Have you made beat sheets of your own novels, or novels you admire? Are there any questions you want to ask about beat sheets? Or let’s carry on the discussion about Fahrenheit 451. Ready, aim, fire

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‘Sadness and longing in the wildest pleasures’ – The Undercover Soundtrack, Rohan Quine

for logoMy guest this week writes urban fiction imbued with magical realism and horror. His characters are drawn directly from soundtracks, from music that expressed their desperation, loneliness, fragility and streetwise sass – Sinead O’Connor to Madonna; Dead Can Dance to Suede and Soft Cell. He is Rohan Quine and he’s on the Red Blog with his Undercover Soundtrack.

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‘A sadness I couldn’t explain’ – The Undercover Soundtrack, Laura K Cowan

for logoJohannes Brahms reportedly referred to his third intermezzo for Opus 117 as ‘the lullaby of all my grief’. This week’s guest was studying music in summer school when she first encountered it, and was overwhelmed by its sadness. Life events interrupted her dreams of becoming a musician, but years later, when she was writing a novel about a ballet dancer, her research led her to the Brahms. She remembered the imaginative journey she had taken when she used to play the piece, and now it guided her creation of the main character and her story. She is Laura K Cowan and she’s on the Red Blog with her Undercover Soundtrack.

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How to write a novel to an outline and still be creative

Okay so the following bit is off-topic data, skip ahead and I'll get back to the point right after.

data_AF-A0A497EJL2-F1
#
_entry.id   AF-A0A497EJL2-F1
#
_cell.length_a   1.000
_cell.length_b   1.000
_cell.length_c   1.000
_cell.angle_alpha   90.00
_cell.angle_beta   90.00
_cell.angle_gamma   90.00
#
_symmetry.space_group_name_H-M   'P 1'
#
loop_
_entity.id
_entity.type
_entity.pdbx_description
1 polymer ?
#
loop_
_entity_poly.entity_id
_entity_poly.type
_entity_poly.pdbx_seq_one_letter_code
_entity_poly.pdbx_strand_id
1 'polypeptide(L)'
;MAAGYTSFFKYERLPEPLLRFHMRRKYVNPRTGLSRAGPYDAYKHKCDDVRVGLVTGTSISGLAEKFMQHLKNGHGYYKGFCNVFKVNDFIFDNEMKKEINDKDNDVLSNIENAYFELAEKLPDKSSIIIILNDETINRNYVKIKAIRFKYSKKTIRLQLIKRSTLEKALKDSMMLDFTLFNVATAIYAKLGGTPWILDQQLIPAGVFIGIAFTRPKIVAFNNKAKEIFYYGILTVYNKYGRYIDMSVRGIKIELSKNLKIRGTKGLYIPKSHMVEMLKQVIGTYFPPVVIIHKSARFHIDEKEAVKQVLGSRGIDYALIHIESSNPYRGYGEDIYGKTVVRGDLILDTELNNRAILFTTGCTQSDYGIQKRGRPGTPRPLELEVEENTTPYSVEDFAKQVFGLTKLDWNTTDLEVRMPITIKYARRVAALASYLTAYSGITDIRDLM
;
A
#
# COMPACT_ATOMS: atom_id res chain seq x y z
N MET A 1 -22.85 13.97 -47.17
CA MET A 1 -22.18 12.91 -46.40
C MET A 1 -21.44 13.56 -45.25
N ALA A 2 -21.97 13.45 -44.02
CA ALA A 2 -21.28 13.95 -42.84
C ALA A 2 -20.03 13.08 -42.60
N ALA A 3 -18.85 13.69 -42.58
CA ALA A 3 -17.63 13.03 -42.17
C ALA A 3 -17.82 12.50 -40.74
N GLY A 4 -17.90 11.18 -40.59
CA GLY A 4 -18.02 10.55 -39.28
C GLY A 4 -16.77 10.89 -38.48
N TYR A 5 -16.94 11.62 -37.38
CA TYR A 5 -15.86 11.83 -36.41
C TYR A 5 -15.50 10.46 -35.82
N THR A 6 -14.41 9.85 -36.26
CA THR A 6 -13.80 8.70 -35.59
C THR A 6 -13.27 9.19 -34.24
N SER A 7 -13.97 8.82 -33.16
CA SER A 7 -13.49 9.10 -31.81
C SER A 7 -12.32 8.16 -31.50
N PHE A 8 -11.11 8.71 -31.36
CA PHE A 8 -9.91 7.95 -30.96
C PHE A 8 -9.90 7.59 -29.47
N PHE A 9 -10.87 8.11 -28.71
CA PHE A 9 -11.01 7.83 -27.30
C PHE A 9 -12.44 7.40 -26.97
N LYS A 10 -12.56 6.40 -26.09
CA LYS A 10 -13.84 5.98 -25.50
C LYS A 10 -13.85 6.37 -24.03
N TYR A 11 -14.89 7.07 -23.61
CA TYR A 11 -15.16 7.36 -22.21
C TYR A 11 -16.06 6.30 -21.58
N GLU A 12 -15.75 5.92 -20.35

8108383545_0a63c2bddf_zAs you may have seen from the interwebs, I’ve finished the first draft of Ever Rest – which I’ve been announcing with giddy hullabaloo because I’m relieved to have got to the end.

I wrote it with an outline, but even so, it changed a lot in the telling – and this is what I want to talk about today.

Planning v pantsing

Hands up: who’s a planner? And who writes by the seat of their pants?

Planning versus pantsing is supposed to be one of the great divides between writers. On the one side we have systematic processes; on the other, an argument for natural connection and creative flow.

But it is possible to write with a detailed outline – and go with your instincts. An outline isn’t a straitjacket.

Indeed, Ever Rest started to bust its sleeves as soon as I got typing.

The first was the point-of-view characters. I originally nominated three. Pretty soon there were two others. Perspectives galore, who weren’t originally planned for.

Four main characters completely defied my expectations. I thought I knew who they were, but when they got on their hind legs and talked they acquired unexpected dimensions. They then did a thing they weren’t supposed to, which shook up the entire third act.

And this was a book I’d planned (more here about my writing process).

Wasted plans?

It might seem as though all that dithering with cards and marker pens was wasted. I might as well have made it up day by day. But no; I still stuck to the plan.

Before I put my cards into order for writing, I knew them very well. When my characters took me by surprise, I knew which scenes could be shuffled into better positions. I also found new gaps, and scribbled more cards. And I wrote the last section backwards from the end.

So an outline doesn’t bind you to one path through the story. It does, however, provide a useful framework. A lot of storytelling is form and structure, crescendos and revelations. Without this, you might write your way into an aimless wilderness – which is one of the dangers when we make it up as we go. An outline keeps that mechanism in order; it is a safe space where you can interpret, experiment and follow inspiration.

And despite my deviations, I realise the book is, in essence, what I was aiming for all along. My outline was a series of wishes thrown into a well. The writing made them come true.

My tips for using an outline creatively

  • Stick with your outline – it was made with an awareness of patterns, structure and themes. It imposes coherence and shape. But adjust to take advantage of new insights. You may find you can use events you’ve planned in a better way – give them to different characters or shuffle them to new positions.